Movie Review-Hacksaw Ridge
Hacksaw Ridge is another movie based on a true story. It's about a man who's drafted in the army but refuses to pick up a gun. Understand, he doesn't try to get out of his duty to his country, he just refuses to kill anyone. So, the army labels him as a "conscientious objector" and tries to kick him out of the army. However Private Desmond Doss instead calls himself a "conscientious participant" in the war and he wants to serve as a medic and help people; rather than kill the enemy.
The hardship that is caused by his desicion is agonizing to watch. He's called a coward by his superiors and beaten by his fellow soldiers. He's put in jail and is tried by the army with the goal of kicking him out of the military. Through all of the hardship the young service man prevails and is given the right to go into battle with his fellow troops as a medic and without carrying a weapon.
Hacksaw Ridge is an inspiring story of faith and commitment (the young soldier is a 7th Day Adventist) and the war scenes are incredible. Director Mel Gibson does a stellar job of showing the real and graphic scenes of war.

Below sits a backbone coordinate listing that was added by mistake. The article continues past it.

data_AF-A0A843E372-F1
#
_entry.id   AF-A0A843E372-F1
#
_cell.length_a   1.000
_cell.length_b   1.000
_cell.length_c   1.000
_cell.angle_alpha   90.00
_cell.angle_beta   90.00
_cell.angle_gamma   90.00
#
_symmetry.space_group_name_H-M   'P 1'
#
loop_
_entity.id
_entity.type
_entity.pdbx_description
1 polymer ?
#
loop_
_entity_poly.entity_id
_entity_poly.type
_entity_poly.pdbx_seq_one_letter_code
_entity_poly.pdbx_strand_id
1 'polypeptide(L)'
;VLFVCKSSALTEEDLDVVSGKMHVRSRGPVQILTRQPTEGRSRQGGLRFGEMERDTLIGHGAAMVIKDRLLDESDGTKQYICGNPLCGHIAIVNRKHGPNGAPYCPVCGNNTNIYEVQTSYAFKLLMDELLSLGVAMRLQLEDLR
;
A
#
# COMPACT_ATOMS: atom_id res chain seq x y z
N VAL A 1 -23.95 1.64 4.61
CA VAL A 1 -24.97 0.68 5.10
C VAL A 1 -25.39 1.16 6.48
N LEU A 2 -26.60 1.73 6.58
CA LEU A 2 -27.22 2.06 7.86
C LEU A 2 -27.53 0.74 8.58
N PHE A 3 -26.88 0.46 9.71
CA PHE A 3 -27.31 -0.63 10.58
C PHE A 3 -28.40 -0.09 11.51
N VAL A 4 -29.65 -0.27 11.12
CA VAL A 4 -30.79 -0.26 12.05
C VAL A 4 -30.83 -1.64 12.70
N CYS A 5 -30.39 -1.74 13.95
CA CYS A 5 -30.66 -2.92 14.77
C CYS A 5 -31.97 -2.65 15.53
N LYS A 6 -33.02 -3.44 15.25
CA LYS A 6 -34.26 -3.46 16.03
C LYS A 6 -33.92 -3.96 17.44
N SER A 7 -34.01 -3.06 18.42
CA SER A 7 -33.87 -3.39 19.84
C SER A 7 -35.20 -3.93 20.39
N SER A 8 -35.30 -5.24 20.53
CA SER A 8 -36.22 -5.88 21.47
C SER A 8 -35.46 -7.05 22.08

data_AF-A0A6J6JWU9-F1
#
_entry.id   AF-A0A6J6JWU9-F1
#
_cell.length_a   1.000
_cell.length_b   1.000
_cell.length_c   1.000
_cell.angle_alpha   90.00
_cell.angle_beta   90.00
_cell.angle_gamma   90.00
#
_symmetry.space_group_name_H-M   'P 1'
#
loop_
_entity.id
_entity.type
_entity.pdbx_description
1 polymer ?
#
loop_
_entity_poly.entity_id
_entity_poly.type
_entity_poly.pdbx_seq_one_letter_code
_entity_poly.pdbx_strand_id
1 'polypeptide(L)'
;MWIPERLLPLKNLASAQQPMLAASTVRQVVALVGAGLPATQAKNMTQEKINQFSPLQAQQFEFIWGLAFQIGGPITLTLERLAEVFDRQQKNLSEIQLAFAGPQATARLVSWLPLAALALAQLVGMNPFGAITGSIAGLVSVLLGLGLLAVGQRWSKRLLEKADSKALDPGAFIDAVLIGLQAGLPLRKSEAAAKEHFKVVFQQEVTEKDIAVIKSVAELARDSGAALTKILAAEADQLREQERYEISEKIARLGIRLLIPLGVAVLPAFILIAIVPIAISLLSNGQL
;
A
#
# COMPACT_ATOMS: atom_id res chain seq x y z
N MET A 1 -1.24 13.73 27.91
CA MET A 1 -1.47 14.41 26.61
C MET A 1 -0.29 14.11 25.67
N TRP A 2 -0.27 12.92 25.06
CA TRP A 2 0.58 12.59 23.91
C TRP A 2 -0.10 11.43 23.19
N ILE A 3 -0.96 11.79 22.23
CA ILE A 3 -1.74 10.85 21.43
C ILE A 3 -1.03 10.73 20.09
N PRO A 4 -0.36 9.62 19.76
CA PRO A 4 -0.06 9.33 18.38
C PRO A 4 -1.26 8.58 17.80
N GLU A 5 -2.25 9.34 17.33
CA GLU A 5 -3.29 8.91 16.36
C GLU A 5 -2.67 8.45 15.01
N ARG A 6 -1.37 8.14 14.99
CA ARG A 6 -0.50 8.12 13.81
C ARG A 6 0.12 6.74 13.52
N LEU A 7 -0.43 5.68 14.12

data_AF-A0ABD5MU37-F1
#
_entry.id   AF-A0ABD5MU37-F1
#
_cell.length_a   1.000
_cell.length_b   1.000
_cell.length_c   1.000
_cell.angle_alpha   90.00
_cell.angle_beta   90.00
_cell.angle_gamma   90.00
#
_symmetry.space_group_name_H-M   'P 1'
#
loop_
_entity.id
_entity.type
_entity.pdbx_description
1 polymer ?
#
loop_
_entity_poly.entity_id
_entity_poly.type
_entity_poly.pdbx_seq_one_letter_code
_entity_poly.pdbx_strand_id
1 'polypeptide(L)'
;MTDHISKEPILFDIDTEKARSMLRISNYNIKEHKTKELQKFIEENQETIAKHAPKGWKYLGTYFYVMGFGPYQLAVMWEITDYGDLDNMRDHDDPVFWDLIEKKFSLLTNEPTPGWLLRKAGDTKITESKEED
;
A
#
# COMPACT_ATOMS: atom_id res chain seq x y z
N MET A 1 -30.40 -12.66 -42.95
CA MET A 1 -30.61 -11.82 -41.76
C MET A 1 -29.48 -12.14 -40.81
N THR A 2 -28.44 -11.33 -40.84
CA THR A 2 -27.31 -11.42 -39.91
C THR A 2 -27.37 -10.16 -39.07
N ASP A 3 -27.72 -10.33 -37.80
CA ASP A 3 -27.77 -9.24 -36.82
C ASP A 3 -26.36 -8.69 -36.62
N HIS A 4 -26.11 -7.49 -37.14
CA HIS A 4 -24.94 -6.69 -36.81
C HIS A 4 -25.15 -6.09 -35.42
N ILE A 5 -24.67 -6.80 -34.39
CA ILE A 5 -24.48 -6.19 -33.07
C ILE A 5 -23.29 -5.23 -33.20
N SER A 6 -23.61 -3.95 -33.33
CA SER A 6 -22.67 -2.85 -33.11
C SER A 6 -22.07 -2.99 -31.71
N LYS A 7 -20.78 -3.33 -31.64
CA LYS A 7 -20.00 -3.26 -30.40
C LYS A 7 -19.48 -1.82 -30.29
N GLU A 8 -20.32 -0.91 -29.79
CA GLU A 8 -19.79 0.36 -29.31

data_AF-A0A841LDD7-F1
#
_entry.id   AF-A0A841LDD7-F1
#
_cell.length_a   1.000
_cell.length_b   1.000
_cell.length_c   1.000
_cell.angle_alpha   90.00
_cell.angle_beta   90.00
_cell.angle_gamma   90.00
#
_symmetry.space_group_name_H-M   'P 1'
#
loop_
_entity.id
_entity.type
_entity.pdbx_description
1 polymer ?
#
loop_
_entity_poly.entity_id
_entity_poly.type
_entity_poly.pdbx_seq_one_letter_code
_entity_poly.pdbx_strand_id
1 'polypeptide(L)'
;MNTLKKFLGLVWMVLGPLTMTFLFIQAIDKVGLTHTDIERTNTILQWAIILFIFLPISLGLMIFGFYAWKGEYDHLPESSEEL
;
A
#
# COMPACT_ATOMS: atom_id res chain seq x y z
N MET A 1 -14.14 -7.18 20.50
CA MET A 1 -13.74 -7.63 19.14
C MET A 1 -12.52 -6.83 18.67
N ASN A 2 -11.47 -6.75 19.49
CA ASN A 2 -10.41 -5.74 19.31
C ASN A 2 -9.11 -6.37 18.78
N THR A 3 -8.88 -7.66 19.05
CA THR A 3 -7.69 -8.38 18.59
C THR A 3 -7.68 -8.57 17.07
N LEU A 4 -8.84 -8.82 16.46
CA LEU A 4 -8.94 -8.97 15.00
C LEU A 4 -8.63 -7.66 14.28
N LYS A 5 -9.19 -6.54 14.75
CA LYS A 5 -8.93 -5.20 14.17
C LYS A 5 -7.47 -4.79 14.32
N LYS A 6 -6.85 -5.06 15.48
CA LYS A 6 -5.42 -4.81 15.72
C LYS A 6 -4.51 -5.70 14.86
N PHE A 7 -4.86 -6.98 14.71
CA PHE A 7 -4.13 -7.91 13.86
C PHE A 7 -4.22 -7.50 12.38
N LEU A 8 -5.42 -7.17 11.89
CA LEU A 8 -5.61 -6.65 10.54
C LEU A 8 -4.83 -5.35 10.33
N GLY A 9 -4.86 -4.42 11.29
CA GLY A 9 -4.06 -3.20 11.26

Doss' batallion is charged with taking control of a ridge that is over flowing with Japanese soldiers who are dug in like a tick and constantly being reinforced by reserves who travel through underground caves. The Americans take heavy losses but they fight into the dawn trying to secure a foot hold in Okinawa, which will serve as a base for American forces in Japan.
This is where Desmond Doss shines in an act of heroism that gained him the Congressional Medal of Honor. (He became the first American labeled as a "conscientious objector" to ever win the award.) After a day of fighting, when the American troops retreated, Doss stayed behind and saved over seventy five wounded soldiers who otherwise would have been left behind.
Knowing that this is a true story makes it that much more amazing. There are clips after the movie that show interview footage of Doss and some of the soldiers he saved. He remained humble about his act of heroism until his death.
Hacksaw Ridge is rated R for graphic scenes of war and violence. It's does run a bit long at two hours and fourteen minutes. On my "Hollywood Popcorn Scale" I rate the movie a LARGE. Hollywood Hernandez